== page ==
SEBI’s mandate to categorise funds into specific buckets has resulted in a number of AMCs coming out with changes in their funds. With a wave of changes coming in, you may wonder what constitutes a change in fundamental attribute and how you should act on it. Here, we explain what such changes can be and how it will impact you.
What constitutes a change in fundamental attribute?
Fundamental attributes of a fund are the characteristics which define a fund. For instance, a large cap fund will predominantly invest in large cap stocks and aim to generate capital appreciation. If there is a change in its fundamental nature, it will imply a change in the strategy of the fund. When that happens, there will be a shift in its risk characteristic. This is why you will have to evaluate if the fund still complements your portfolio.
Here are a few instances (not an exhaustive one) that constitute a change in fundamental attribute:
- Change in category – moving from equity to debt or large-cap to multi-cap or from a income fund to a credit opportunity fund and so on
- Change in benchmark
- Change in the universe of stocks or debt instruments or other securities that the fund will invest in
- Change in the proportion of investment that the fund will make in a segment/category
Let us take the example of a recent change in Mirae Asset Emerging Bluechip fund. Originally a midcap fund, it has now been moved to large and midcap category. Even though the fund already had some large cap exposure, now it is mandated to maintain 35% in largecap. This limits the risk it can take and amounts to a change in its characteristic. In such cases, you will be provided an option to exit the fund.
There can also be other changes that do not affect the nature of the fund. These may be change in name of the scheme, change in exit loads, etc. These are not considered as changes in fundamental attributes and you will not be given an exit window. For example, Parag Parikh Long Term Value fund has been renamed as Parag Parikh Long Term Equity fund. It continues to be a multi-cap fund and there is no change in its fundamental attribute. The change will have no window for exit and requires no thought or action.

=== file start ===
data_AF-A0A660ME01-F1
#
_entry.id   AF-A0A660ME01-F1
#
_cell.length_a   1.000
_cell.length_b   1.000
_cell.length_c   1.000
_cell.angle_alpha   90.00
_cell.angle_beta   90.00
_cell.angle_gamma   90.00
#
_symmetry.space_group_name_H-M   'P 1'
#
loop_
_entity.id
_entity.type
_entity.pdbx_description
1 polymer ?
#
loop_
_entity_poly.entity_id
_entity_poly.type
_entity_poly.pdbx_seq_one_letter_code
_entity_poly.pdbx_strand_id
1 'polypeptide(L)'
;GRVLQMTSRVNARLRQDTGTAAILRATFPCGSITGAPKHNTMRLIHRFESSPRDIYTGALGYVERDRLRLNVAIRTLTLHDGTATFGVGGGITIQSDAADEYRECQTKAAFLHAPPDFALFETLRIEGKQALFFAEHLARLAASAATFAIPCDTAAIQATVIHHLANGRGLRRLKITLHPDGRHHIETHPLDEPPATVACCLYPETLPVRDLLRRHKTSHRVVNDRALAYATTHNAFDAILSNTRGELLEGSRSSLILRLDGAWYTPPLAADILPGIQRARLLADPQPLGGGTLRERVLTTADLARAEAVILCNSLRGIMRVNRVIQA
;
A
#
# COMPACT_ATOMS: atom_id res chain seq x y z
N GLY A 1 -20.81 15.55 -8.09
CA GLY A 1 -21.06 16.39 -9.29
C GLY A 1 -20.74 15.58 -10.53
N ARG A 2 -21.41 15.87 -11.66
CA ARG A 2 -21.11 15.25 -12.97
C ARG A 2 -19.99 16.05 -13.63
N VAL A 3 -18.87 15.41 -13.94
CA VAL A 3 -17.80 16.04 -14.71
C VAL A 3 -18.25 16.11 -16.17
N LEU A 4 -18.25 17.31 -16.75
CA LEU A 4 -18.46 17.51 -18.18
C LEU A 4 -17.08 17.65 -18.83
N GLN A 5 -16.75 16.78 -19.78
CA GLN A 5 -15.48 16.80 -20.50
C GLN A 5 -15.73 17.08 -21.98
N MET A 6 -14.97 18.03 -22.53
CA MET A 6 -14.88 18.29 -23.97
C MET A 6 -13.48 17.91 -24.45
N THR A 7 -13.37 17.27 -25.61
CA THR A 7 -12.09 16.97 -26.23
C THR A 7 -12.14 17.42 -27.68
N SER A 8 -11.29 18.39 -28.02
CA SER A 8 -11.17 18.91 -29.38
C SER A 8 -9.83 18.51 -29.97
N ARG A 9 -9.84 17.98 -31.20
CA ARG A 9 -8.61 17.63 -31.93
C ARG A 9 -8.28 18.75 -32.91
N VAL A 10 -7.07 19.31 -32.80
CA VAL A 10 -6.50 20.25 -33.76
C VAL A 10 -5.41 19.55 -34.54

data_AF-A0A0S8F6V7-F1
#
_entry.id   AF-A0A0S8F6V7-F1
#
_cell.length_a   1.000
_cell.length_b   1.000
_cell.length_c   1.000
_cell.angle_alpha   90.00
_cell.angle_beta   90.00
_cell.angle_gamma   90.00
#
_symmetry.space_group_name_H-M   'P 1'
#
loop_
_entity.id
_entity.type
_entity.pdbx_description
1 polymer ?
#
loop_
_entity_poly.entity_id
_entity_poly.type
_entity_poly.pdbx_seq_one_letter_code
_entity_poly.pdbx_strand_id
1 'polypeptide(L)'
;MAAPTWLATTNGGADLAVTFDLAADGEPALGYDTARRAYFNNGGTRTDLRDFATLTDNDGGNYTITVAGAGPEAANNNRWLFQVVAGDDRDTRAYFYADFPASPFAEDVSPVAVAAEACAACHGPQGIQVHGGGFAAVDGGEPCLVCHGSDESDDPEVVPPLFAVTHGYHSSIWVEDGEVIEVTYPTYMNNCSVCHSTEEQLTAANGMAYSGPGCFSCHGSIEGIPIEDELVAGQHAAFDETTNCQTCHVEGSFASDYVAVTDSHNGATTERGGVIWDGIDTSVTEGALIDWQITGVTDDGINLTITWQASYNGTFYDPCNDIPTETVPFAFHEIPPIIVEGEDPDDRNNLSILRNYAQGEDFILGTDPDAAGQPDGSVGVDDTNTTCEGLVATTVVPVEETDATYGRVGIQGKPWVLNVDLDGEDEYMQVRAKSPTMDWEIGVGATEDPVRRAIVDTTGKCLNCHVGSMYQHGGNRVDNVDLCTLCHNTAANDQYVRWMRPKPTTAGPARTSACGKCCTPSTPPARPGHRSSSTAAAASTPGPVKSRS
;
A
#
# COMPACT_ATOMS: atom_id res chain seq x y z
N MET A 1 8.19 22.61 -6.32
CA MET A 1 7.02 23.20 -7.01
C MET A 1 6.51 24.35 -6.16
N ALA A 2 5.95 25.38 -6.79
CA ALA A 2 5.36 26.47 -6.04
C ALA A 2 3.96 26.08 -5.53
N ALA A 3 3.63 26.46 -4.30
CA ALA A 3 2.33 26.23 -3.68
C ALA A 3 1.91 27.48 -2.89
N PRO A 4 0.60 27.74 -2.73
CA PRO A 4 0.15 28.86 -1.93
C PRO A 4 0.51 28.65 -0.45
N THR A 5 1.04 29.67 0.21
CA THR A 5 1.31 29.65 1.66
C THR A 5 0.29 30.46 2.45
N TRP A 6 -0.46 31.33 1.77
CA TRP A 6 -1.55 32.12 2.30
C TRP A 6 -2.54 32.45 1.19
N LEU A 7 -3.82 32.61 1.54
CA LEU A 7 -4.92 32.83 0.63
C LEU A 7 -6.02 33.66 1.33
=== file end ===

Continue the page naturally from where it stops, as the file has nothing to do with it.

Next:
Options for you
When changes in fundamental attributes arise, you are given an option to re-assess the suitability of the fund through an exit window. The exit window usually lasts for a month and no exit load is charged during this period. During this period, you should understand how the changes may affect the fund and see if it still fits your portfolio objectives. You will also have to look at whether your allocation to the fund remains appropriate in light of the change.
Say, a fund you hold changes its strategy from being a diversified fund to becoming a midcap fund. And you already have enough exposure to midcap space. The risk level of your portfolio then goes up and you may have to adjust the allocation accordingly. You can make use of this exit window to switch into another fund which may be more suitable and in line with your original allocation. But this does not mean you will have to exit for every change that happens. For example, if a fund’s benchmark has changed from say Nifty 50 to Nifty 100, it may not necessarily mean your risk level is heightened.
What you have to do, is figure out if the change is significant enough for you to act on it. Any change in the risk profile of the fund, the category of the fund or addition of newer kind of instruments in the investment universe may all require a relook at the fund. If you’re unsure, you can talk to your advisor to understand better.
What happens when you hold/exit/switch
When an exit window is given, you may either continue to hold the fund or exit it. However, any switch or exit will still have tax implications. The law does not provide any tax exemption for this purpose. You will have to pay capital gains tax, long term or short term, depending on your holding period. If you continue to hold the fund which has seen a change in its fundamental attribute, nothing changes in terms of taxation; that is, you will not incur any tax until you redeem.